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article imageReview: Top 10 films of 2013 Special

By Sarah Gopaul     Jan 5, 2014 in Entertainment
The latter half of December was characteristically heavy with new releases that were destined to impress, but that doesn’t mean there weren’t some winners earlier in the year.
10. Rush
While Days of Thunder mostly romanticized NASCAR before transforming the movie into an actual love story, this film repeatedly underlines the dangers of racing and remains focused on one of the '70s most famous rivalries. (Though it does give a nod to its predecessor with the inclusion of “Gimme Some Lovin’” on the soundtrack.) British playboy James Hunt (Chris Hemsworth) and straight shooter Niki Lauda (Daniel Brühl) held a deep distaste for one another both on and off the track, but it was that merciless competition that pushed them both to be better. Director Ron Howard finds a suitable balance between the thrilling races and the spiky drama. Hemsworth is very convincing as the tomcat who also knows his way around a race track and Brühl is exceptional as the over-achieving German who makes up for personality with brains.
Untitled
D Films
9. The Attack
Terrorism is a complicated subject matter, especially when the filmmaker attempts to show an unbiased view of the act from the perspective of someone linked to the extremist. Amin Jaafari (Ali Suliman) had no idea his wife intended to murder a café full of people. But when he discovers she was the bomber, he will not rest until he finds answers. The emotions conveyed in this film range from elation and admiration to outrage and disgust. Telling the story from the point of view of a Palestinian who built a successful life in Israel allows it to unfold without judgment while providing a comprehensive look at the varying attitudes in play.
A scene from  Inside Llewyn Davis
A scene from 'Inside Llewyn Davis'
Mongrel Media
8. Inside Llewyn Davis
Llewyn Davis (Oscar Isaac) may not be the most likeable character, but his journey in search of musical success is compelling. The Coen brothers’ films continuously feature exceptional music selections, but this may be their most noteworthy collection since they introduced audiences to the Soggy Bottom Boys. Their presentation of Davis’ performances brings audiences into the smoky, dark rooms that housed the best and undiscovered folk singers of the ‘60s. Isaac plays the compositions himself, which are enthralling. In addition, the band of characters he encounters on his tour provide a variety of colour.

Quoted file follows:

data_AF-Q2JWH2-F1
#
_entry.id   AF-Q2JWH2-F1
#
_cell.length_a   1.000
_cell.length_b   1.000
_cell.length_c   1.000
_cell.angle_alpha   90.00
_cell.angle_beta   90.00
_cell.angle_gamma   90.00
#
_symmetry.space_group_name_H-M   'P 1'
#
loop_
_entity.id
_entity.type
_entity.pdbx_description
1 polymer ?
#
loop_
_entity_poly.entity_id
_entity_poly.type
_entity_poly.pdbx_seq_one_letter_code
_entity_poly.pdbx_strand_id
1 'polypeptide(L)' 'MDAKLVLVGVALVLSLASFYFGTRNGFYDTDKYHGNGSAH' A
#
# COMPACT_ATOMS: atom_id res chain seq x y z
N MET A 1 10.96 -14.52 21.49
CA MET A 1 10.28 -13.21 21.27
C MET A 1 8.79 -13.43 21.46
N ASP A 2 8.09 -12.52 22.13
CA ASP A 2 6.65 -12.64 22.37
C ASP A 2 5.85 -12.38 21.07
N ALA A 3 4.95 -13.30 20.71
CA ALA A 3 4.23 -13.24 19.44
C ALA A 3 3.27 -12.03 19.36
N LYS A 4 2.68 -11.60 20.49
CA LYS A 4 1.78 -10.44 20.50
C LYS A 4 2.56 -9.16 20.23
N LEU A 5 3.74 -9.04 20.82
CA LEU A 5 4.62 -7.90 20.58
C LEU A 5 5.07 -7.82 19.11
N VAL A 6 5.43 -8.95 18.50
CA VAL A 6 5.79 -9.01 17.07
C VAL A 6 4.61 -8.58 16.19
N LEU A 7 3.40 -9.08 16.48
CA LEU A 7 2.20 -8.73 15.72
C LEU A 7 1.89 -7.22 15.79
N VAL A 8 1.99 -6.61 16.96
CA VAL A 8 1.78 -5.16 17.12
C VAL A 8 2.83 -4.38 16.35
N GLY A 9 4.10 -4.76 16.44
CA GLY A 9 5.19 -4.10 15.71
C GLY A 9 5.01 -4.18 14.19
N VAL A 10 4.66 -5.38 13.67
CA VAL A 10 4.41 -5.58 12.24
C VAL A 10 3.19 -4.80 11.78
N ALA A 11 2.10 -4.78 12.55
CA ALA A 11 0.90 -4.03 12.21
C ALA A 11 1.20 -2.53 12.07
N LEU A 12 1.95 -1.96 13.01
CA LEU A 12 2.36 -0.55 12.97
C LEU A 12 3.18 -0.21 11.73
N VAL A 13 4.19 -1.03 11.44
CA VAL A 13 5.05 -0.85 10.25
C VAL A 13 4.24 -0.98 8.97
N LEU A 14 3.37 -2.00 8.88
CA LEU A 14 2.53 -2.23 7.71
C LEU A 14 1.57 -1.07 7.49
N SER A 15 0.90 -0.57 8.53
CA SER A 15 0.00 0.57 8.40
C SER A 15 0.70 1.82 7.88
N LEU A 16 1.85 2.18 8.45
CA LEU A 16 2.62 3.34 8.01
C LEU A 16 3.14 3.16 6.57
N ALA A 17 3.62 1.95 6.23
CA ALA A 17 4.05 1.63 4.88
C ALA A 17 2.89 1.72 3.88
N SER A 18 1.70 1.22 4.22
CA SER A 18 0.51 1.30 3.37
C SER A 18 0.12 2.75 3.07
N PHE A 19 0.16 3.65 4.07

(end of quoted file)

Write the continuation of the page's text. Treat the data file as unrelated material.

A scene from  Much Ado About Nothing
A scene from 'Much Ado About Nothing'
Entertainment One
7. Much Ado About Nothing
William Shakespeare’s work has endured for centuries, but in its original text it can seem inaccessible to many. Enter the unstoppable Joss Whedon. Assembling a cast of familiar faces from the Whedonverse, he produces an engaging and enjoyable rendition of one of the bard’s most perplexing comedies without modifying the dialogue. Instead he directs the talented actors to effectively deliver the script so it’s both vibrant and comprehensible. The on-screen reunion of Alexis Denisof and Amy Acker benefits from their unyielding chemistry. Maintaining simplicity in the sets and costumes, the black-and-white picture simply adds character to an already charming film.
Joaquin Phoenix in  Her
Joaquin Phoenix in 'Her'
Warner Brothers Pictures
6. Her
Innovation is a peculiar thing in tales of romance. Though the circumstances may change, the general boy-meets-girl narrative remains the same. This is one of the few stories to significantly alter the familiar plotline. Theodore (Joaquin Phoenix) falls in love with Samantha (Scarlett Johansson) – a sophisticated operating system. This is as modern as a love story can get. Phoenix is delightful as a man rediscovering the world that he had so effectively shunned. Johansson arguably turns in the best performance of her career, winning over Theodore and audiences with just her sultry voice.
Leonardo DiCaprio in  The Wolf of Wall Street
Leonardo DiCaprio in 'The Wolf of Wall Street'
Paramount Pictures
5. The Wolf of Wall Street